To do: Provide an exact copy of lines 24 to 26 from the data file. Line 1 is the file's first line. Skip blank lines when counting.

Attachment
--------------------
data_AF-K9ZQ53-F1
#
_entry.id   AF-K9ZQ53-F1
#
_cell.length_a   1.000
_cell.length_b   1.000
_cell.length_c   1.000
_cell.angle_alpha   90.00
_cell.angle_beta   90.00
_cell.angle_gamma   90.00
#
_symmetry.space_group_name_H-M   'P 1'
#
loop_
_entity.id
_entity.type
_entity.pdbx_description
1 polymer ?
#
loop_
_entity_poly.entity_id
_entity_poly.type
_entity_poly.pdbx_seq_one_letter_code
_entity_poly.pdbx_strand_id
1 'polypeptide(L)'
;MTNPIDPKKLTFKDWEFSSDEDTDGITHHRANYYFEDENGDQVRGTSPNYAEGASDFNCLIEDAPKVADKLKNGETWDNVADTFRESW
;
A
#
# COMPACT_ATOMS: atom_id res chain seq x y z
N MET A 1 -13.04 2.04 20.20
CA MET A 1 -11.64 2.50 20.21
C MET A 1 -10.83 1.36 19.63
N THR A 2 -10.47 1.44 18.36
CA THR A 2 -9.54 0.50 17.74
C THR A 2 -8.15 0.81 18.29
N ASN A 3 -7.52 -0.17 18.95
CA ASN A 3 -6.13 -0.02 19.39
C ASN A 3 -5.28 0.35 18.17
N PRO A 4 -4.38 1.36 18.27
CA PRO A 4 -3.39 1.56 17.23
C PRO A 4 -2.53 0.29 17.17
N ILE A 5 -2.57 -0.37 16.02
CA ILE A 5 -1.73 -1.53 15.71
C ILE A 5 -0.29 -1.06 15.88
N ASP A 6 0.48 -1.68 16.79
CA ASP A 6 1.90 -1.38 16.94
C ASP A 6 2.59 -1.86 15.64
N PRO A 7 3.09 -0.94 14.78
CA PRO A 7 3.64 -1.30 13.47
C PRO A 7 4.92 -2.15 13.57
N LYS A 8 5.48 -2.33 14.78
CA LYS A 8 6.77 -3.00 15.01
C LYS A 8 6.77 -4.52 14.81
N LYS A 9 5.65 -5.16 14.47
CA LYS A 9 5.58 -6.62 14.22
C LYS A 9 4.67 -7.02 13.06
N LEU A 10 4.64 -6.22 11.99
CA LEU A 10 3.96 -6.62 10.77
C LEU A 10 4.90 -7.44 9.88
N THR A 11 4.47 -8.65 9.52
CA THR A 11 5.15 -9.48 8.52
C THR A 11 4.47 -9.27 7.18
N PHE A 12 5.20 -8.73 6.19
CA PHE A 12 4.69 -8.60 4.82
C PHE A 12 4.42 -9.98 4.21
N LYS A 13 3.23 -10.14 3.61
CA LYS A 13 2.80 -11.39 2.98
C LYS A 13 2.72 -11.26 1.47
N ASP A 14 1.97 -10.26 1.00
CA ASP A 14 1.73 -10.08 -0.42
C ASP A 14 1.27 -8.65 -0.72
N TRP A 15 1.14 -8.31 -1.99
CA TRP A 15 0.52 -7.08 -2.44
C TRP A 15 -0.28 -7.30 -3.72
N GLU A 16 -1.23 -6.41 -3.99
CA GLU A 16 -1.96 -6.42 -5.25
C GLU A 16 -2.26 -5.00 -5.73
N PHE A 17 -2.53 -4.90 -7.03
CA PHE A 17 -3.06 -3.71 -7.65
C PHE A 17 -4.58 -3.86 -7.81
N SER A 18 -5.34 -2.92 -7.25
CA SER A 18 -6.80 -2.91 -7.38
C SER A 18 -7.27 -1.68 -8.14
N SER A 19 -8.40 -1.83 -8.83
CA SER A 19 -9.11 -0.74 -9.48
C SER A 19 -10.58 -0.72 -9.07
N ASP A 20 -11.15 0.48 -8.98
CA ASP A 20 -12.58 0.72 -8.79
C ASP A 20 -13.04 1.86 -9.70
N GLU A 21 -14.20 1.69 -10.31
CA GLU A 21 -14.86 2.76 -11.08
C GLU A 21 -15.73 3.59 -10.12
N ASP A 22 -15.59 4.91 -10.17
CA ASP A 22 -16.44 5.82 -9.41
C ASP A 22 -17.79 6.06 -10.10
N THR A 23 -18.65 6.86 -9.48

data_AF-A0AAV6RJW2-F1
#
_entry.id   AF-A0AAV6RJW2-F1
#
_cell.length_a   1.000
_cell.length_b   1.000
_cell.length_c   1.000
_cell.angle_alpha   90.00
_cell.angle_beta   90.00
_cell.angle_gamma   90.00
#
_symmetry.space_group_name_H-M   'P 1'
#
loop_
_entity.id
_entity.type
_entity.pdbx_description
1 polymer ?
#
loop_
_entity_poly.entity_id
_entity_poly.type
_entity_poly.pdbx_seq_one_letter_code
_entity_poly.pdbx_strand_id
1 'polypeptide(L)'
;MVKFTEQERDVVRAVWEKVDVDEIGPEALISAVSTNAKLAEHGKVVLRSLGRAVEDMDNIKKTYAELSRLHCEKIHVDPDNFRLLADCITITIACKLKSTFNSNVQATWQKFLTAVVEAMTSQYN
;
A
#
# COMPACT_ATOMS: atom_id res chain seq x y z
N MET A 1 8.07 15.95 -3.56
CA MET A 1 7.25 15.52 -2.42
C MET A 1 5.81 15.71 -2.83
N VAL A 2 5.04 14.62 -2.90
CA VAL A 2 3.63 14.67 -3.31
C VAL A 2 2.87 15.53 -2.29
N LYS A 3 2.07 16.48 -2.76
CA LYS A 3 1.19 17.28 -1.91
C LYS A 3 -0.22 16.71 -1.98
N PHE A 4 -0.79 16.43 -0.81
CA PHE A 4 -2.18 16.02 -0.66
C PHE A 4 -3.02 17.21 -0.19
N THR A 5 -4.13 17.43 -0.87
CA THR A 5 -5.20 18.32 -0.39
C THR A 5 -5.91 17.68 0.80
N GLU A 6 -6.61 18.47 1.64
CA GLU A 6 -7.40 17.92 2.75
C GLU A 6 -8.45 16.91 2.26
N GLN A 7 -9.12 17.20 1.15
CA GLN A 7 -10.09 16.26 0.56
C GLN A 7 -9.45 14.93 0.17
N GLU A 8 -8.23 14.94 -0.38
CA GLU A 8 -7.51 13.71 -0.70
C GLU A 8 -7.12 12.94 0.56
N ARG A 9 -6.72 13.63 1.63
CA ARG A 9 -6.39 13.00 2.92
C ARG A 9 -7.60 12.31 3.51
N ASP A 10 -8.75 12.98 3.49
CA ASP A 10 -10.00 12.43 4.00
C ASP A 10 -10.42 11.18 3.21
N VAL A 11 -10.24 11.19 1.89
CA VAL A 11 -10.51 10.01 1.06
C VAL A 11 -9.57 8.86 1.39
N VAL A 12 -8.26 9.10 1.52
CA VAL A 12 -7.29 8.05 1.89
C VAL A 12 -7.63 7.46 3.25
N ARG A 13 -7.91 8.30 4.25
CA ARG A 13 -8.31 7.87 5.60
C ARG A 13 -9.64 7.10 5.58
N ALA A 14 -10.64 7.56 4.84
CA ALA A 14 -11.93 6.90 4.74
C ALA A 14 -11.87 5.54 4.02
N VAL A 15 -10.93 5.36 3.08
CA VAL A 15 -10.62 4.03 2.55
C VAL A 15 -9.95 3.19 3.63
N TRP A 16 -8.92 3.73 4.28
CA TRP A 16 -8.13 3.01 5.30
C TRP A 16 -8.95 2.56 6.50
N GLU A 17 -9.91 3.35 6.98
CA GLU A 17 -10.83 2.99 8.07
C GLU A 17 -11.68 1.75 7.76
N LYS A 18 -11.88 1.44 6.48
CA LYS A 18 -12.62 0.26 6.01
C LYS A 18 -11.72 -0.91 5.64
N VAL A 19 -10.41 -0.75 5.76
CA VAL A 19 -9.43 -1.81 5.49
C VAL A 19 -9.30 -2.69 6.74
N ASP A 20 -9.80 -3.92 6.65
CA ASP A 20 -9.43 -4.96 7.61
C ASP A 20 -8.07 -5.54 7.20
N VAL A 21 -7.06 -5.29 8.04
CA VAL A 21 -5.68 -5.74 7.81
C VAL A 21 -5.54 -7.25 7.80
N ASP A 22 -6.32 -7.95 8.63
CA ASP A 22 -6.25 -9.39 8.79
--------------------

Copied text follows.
_entity_poly.pdbx_strand_id
1 'polypeptide(L)'
;MTNPIDPKKLTFKDWEFSSDEDTDGITHHRANYYFEDENGDQVRGTSPNYAEGASDFNCLIEDAPKVADKLKNGETWDNVADTFRESW